Assassin’s Creed: The Coolest setting in a Japanese Game Is Not What You Think

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The game Assassin’s Creed, which takes place in feudal Japan, has long been a dream of fans of the Ubisoft series. The conflict between the Knights Templar and the assassins gradually turned into a conflict between samurai, agents of daimyo warlords, and ninja, mercenaries who did their work in the shadows. However, the feudal Japanese game Assassin’s Creed would clone Ghost of Tsushima and miss the opportunity to explore an even better setting in Japan’s past.

In Japanese history, the Edo period lasted from 1603 to 1868, when the Tokugawa clan rigidly imposed a caste system based on the military. This gave daimyo and samurai enormous power, as they stood at the top of this hierarchy. Despite the military rule, the Edo period was remembered in Japan as a time of peace, especially because the power of the Tokugawa shogunate prevented a struggle between clans. However, towards the end of the Edo period, American Commodore Matthew Perry forced Japan to open its borders. This caused the Tokugawa Shogunate and the samurai to lose their influence and power, which eventually led to the Meiji Restoration and the end of feudal Japan.

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Since there are rumors that the next installment of the Assassin’s Creed Infinity series will take place in Japan, Ubisoft should move players to this particular time in Japanese history near the end of the Edo period, and not to the middle of the feudal era. The themes of US imperialism will play very well in the past depictions of the Knights Templar in the series, while the preservation of history and culture will go hand in hand with murderers. And while it would be awesome to see assassins as ninjas if players took on the role of a rogue samurai, it would fit better into the themes of the Assassin’s Creed series.

How the Assassin’s Creed game of the Meiji Restoration era Could Work

The game should begin in 1853, when Commodore Matthew Perry first visited Japan and forced the country to open its borders. Perry and the influence of the West will represent the Knights Templar in the Japanese Assassin’s Creed, a concept that fits well into the tradition of an organization trying to gain global dominance. In the years following Perry’s visit to Japan, many Japanese children destined for the Navy were educated abroad, and their Western-style upbringing partly sowed the seeds of the fall of the Tokugawa Shogunate. In the Japanese game Assassin’s Creed, such characters could be used to create a group of representatives of the Templars, who will have to face throughout the narrative. And this narrative may, in fact, follow the decline of feudal Japanese society and its structures as it transitions into what it will become at the beginning of the twentieth century.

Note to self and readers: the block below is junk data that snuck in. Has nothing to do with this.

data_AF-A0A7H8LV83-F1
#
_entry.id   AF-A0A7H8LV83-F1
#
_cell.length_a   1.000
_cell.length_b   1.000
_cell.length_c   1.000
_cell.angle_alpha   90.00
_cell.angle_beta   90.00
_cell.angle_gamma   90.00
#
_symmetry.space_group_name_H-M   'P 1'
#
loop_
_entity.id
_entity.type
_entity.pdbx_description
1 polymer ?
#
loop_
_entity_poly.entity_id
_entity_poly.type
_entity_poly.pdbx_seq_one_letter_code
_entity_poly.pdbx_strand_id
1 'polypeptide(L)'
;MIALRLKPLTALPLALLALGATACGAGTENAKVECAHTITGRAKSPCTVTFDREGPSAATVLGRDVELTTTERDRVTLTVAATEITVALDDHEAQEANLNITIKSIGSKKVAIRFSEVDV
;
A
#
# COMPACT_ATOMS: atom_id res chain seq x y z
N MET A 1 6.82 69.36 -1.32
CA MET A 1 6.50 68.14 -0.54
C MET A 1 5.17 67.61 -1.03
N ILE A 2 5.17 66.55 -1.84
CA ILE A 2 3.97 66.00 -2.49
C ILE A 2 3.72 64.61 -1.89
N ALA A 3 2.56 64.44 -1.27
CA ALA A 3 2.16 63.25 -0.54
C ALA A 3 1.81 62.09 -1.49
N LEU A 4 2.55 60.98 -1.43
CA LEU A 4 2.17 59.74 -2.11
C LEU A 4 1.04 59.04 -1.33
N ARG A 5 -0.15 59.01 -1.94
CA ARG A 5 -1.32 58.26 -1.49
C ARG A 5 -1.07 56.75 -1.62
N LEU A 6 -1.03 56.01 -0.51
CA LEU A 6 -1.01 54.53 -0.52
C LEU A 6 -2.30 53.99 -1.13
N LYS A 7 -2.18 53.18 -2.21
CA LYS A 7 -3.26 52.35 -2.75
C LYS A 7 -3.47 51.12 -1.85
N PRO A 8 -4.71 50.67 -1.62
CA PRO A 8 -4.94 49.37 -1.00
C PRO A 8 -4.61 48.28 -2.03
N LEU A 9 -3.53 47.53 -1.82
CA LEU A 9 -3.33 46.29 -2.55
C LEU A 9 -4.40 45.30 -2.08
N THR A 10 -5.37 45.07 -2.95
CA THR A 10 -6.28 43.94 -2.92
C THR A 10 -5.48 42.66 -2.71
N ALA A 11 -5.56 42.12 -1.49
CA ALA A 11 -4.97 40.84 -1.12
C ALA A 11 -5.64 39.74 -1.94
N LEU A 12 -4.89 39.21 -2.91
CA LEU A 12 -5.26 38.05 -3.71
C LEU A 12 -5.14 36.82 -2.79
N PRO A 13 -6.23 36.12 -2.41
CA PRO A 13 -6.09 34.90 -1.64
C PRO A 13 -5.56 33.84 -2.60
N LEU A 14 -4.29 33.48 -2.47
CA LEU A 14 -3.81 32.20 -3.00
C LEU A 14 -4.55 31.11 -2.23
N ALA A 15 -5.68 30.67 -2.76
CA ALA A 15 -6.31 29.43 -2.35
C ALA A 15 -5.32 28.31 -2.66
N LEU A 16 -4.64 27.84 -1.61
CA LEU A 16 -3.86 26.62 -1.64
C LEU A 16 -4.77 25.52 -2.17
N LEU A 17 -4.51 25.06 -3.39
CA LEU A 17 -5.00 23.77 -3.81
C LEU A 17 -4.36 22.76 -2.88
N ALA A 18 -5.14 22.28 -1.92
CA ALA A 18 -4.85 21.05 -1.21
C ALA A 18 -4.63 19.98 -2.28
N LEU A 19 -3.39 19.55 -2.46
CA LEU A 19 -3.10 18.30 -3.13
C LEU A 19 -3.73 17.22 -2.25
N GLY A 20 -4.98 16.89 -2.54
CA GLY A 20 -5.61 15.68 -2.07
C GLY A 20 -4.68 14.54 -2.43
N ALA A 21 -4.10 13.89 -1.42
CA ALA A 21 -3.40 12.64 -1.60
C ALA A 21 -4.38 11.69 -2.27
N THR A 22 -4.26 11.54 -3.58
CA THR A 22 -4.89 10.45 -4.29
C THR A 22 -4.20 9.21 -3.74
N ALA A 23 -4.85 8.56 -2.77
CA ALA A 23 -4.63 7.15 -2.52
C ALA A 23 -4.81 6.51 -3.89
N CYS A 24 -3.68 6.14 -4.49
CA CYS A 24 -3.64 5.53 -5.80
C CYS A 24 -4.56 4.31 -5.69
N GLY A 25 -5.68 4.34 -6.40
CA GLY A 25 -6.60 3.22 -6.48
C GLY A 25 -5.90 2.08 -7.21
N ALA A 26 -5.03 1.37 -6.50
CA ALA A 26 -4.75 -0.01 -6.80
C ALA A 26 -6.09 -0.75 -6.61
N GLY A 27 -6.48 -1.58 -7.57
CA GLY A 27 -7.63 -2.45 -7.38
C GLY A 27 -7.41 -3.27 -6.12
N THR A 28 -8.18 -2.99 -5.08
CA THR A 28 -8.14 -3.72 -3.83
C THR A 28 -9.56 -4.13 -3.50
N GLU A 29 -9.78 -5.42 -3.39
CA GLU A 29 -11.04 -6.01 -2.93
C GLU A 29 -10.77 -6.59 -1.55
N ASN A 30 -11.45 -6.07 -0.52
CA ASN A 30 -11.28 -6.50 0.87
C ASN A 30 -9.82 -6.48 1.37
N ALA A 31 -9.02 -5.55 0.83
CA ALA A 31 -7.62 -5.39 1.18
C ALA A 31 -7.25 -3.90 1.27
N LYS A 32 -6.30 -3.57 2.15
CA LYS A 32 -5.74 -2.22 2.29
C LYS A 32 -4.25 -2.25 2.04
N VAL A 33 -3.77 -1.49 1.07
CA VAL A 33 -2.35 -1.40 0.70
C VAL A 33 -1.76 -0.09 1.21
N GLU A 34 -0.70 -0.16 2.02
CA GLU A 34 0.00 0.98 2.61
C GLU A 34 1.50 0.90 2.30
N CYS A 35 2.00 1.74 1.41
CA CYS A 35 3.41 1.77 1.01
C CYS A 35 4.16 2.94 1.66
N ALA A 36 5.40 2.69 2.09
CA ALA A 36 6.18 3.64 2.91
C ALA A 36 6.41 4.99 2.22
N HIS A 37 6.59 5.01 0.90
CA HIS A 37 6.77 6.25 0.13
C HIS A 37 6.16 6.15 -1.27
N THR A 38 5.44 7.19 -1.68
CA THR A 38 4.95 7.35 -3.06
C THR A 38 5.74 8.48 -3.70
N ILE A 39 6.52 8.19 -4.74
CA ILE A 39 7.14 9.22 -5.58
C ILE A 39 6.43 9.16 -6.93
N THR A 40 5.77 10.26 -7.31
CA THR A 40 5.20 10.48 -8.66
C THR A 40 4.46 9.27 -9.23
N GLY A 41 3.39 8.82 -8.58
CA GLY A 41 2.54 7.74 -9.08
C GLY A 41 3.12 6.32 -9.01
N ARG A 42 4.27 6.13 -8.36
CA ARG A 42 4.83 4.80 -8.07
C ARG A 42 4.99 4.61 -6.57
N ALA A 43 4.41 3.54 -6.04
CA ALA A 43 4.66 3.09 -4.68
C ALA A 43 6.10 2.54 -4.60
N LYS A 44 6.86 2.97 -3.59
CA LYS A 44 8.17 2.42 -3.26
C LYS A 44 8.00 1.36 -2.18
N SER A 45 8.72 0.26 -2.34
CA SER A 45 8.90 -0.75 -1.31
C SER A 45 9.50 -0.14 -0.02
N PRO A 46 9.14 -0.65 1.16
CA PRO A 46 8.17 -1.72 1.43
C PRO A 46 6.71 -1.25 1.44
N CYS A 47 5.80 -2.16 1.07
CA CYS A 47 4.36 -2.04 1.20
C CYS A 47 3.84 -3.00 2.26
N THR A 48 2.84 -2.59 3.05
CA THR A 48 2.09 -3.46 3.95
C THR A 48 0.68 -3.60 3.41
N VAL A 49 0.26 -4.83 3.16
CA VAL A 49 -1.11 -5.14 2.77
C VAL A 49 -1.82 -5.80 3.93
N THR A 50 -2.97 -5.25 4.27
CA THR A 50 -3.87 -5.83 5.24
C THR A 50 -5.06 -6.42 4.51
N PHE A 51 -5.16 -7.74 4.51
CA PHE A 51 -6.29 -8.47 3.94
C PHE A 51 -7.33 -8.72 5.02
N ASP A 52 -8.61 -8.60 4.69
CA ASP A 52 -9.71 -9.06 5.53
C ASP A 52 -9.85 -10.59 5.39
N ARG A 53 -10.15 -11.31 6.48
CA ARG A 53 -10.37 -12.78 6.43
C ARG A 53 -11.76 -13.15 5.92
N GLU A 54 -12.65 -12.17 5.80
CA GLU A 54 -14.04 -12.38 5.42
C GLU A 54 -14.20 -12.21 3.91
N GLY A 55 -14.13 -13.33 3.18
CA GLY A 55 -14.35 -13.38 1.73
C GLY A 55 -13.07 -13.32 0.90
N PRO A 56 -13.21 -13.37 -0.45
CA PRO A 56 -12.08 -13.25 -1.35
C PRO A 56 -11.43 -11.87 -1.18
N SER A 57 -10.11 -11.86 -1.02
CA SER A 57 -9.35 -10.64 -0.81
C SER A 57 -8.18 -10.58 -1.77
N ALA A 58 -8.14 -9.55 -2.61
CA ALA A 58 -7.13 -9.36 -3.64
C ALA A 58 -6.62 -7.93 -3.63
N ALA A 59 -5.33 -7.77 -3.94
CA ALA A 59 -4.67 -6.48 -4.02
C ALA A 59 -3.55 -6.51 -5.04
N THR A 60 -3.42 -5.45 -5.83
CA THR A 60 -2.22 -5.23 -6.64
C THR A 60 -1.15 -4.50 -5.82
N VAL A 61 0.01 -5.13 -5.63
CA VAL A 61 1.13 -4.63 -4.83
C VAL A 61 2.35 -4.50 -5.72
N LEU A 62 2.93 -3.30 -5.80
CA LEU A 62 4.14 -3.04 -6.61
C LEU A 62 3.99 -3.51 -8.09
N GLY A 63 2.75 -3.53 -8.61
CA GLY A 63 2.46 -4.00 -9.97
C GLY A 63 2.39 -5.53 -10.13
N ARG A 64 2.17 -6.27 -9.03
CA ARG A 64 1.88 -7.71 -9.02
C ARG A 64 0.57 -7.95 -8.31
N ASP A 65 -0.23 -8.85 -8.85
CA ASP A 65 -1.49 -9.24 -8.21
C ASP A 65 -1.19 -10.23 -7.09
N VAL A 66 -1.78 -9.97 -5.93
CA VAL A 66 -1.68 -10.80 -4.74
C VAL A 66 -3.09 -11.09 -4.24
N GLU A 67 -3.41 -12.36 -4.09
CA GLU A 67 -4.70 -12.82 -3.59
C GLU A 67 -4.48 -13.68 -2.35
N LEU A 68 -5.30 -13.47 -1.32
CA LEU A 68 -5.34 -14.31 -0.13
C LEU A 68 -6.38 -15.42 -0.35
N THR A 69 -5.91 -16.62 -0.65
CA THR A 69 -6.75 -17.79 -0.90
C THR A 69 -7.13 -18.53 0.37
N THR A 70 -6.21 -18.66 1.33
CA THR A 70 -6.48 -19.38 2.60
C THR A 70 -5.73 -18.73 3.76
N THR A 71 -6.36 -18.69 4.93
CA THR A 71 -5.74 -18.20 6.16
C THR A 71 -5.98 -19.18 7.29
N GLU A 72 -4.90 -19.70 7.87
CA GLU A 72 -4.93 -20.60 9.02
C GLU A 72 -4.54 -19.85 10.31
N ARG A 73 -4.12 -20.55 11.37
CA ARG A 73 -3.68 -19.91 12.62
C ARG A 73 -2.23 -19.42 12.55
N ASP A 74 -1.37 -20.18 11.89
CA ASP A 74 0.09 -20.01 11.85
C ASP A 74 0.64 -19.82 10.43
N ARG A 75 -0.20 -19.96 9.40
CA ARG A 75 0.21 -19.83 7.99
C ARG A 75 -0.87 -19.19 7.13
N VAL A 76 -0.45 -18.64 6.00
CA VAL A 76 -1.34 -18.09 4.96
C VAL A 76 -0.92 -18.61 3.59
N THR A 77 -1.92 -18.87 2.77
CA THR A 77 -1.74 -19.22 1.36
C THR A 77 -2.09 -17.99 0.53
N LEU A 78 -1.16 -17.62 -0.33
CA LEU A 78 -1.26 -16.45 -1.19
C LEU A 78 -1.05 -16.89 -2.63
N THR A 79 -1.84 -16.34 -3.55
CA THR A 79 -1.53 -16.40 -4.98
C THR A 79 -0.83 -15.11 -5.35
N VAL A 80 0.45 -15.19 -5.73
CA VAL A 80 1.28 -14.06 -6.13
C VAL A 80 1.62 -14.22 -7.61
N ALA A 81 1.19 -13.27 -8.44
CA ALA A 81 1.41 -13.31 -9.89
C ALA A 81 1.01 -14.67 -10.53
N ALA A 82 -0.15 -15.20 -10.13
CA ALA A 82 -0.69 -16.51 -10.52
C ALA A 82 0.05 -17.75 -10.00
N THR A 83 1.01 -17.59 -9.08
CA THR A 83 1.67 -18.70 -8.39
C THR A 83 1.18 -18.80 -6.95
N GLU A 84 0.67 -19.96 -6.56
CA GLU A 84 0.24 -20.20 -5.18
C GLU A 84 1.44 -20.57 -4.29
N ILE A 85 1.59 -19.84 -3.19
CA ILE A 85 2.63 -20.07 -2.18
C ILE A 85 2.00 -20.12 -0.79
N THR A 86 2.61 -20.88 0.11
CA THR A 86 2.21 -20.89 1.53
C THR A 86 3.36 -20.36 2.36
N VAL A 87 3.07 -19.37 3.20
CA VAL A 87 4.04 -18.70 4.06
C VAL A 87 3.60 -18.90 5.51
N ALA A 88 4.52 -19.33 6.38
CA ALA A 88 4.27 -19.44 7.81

There will be murderers on the opposite side of this fight. It would be inappropriate for the main character of Assassin’s Creed to be a samurai or daimyo throughout the game, as the position of power held by these two classes would be more familiar to Templars than Assassin’s Creed. Instead, players can assume the role of a samurai at the beginning of the game, who eventually becomes ronin, a samurai who has lost his master. This setup allows for several possibilities. Firstly, the main character of the game will be able to roam freely around Japan, and not be limited to his military duties, which is important for the adventure gameplay of the Assassin’s Creed series.

Secondly, the protagonist could eventually join an alternative organization after losing his high status in the military hierarchy of the Tokugawa Shogunate. If players were to fulfill this role in the Japanese game Assassin’s Creed, it would give the series a refreshing but tragic twist, as the assassins would fight with honor for a lifestyle that is ultimately lost to the forces of the Knights Templar.

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